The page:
Biosimilars are close copies of biologic drugs—or treatments made from living organisms, like bacteria and yeast—that have lost their patent protection. Biologics are different from regular drugs, which are typically made from chemical compounds.

Generics are exact copies of chemical drugs. However, biosimilars are not exactly the same as the medicines they replace, as it’s not possible to make exact copies of treatments made from living organisms.

The U.S. Food and Drug Administration approved its first biosimilar in March 2015, and it will likely approve several more by the end of 2015.

The outlook for biosimilars is bright, as they cost about 25% less than branded biologics. Global biosimilar sales could soar from $3 billion this year to $20 billion in 2020.

Hospira should add $0.10 to $0.12 a share to Pfizer’s earnings in its first year. By 2018, the company expects to cut $800 million from its annual costs by eliminating overlapping functions.

In addition to acquisitions, Pfizer continues to invest heavily in creating its own products. In 2014, it spent $8.4 billion (or 16.9% of its revenue) on research, up 25.7% from $6.7 billion (12.9%) in 2013.

Pfizer’s research spending has helped it develop several new drugs, like Ibrance, for breast cancer. The FDA approved Ibrance in February 2015, but only for patients who hadn’t already received treatment for advanced breast cancer. This new drug could eventually generate $5 billion of annual sales.

Pfizer is also optimistic about rheumatoid-arthritis treatment Xeljanz, which it now sells in 35 countries. The company is currently researching Xeljanz’s effectiveness at treating other disorders, including psoriasis and inflammatory bowel disease.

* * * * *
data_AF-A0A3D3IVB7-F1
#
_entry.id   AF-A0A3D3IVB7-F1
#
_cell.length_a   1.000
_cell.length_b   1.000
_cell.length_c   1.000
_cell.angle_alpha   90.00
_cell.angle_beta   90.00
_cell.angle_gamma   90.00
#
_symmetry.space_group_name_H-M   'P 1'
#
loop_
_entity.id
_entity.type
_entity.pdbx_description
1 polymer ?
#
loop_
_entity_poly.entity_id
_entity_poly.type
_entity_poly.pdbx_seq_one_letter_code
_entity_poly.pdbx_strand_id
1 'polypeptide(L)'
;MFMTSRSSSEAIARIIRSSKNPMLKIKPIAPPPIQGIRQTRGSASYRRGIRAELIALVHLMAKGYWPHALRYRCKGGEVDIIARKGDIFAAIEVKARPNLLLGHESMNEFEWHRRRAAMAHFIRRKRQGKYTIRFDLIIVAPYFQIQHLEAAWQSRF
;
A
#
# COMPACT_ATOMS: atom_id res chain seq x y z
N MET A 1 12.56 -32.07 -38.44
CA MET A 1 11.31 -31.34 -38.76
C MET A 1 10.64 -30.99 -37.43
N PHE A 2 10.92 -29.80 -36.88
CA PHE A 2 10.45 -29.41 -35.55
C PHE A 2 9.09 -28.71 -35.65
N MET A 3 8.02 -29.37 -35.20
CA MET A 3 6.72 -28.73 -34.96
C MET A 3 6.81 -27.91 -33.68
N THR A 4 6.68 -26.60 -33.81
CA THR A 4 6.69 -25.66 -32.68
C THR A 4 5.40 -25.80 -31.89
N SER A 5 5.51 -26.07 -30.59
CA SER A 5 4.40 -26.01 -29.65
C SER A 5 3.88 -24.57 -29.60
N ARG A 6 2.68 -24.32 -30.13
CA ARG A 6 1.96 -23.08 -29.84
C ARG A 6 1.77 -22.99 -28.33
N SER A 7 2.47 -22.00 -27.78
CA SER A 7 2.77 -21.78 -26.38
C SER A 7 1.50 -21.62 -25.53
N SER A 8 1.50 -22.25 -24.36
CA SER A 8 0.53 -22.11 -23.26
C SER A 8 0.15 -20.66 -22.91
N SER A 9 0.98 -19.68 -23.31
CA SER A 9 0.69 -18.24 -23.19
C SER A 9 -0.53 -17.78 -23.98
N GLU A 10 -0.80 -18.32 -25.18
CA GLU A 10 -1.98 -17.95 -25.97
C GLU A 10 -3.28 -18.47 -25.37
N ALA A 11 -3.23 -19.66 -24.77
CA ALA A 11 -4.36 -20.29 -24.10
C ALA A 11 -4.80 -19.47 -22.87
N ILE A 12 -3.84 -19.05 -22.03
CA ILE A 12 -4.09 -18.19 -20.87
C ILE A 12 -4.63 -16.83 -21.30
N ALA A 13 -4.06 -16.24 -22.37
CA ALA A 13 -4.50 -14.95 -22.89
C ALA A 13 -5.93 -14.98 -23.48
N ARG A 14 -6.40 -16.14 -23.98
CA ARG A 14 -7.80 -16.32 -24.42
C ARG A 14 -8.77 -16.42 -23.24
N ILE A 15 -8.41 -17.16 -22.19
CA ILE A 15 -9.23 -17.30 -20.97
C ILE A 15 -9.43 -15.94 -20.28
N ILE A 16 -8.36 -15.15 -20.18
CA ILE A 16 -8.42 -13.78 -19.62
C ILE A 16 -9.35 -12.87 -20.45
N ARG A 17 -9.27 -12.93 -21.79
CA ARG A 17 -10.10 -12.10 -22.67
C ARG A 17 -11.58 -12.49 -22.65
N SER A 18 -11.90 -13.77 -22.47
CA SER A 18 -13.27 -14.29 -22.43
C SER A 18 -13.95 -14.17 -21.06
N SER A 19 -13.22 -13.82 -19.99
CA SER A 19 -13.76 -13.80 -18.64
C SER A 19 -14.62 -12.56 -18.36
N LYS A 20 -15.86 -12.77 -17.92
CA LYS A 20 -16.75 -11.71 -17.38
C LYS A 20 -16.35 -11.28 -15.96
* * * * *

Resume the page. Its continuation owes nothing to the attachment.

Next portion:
Meanwhile, Pfizer has teamed up with rival drug maker Bristol-Meyers Squibb to develop and sell anti-stroke drug Eliquis. The partners are now conducting tests to see how well Eliquis treats blood clots in legs and lungs, and certain forms of heart disease.

Pfizer is in a strong position to keep making acquisitions and developing new drugs. As of June 28, 2015, its long-term debt was $26.7 billion, or just 13% of its market cap. It also held cash and investments of $30.3 billion, which helped it pay for Hospira.

The extra cash flow from Hospira should also give Pfizer more room to increase its dividend; the company has raised the payout each year since 2010. Its current annual rate of $1.12 a share yields 3.4%.

Even with the Hospira acquisition, Pfizer’s 2015 earnings will probably drop to $2.08 a share. That’s mainly because the high U.S. dollar is hurting the contribution from its overseas operations, which supply nearly 60% of its revenue.

However, its 2016 earnings should rebound to $2.32 a share, and the stock trades at just 14.2 times that estimate.

Recommendation in Wall Street Stock Forecaster: BUY

For a recent report on another of our top buys among U.S. dividend stocks, read 3M Company sustains long history of dividends with dynamic growth strategy. For our view on one aspect of dividend investing, read Can you use the ex-dividend date as an investing strategy?